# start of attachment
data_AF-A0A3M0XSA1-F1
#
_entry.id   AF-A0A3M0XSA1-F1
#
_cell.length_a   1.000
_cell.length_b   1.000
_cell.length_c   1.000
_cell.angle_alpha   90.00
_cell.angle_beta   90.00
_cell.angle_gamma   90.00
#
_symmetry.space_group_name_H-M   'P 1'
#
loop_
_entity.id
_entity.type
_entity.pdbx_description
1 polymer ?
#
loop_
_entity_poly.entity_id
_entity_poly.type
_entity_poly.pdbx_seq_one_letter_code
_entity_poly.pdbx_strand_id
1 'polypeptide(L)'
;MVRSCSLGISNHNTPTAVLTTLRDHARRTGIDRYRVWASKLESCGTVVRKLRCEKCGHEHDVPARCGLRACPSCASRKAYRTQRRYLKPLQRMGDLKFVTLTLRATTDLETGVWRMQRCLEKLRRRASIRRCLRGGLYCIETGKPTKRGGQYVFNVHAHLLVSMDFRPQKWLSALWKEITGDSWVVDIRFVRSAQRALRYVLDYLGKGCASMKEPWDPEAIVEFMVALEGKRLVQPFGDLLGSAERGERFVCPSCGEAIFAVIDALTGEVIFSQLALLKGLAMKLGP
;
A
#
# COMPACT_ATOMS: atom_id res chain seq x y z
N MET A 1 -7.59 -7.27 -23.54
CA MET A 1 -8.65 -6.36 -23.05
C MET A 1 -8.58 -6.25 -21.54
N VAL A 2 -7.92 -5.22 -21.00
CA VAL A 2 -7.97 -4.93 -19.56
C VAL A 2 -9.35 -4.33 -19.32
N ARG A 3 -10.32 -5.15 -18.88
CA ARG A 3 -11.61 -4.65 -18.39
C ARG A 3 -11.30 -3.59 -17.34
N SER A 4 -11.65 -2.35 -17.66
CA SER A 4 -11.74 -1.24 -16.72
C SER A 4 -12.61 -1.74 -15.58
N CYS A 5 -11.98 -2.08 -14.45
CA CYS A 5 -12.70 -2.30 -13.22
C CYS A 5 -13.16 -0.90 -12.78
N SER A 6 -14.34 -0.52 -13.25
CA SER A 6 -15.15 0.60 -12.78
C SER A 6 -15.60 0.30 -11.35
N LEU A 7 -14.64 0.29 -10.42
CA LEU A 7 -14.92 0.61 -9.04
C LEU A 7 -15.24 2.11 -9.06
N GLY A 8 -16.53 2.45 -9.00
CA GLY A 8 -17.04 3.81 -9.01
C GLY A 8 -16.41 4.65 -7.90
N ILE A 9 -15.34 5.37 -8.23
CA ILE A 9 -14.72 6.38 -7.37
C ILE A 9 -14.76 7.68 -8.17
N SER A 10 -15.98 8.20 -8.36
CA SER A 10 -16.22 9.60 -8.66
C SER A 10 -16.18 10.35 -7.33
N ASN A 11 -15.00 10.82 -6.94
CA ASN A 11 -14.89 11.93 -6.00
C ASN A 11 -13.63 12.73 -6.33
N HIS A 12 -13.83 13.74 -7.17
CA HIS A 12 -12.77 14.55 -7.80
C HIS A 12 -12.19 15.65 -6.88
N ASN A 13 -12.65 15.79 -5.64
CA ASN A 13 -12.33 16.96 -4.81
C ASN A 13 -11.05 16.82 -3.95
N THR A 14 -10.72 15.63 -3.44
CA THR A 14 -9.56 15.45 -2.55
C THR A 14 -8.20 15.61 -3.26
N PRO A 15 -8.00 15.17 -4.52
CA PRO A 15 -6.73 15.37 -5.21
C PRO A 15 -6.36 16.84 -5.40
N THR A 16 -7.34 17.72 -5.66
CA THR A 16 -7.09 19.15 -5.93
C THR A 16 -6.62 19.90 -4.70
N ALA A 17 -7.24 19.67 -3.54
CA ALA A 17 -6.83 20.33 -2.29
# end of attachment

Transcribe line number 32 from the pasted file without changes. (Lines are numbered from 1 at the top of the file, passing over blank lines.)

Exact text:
CA MET A 1 -8.65 -6.36 -23.05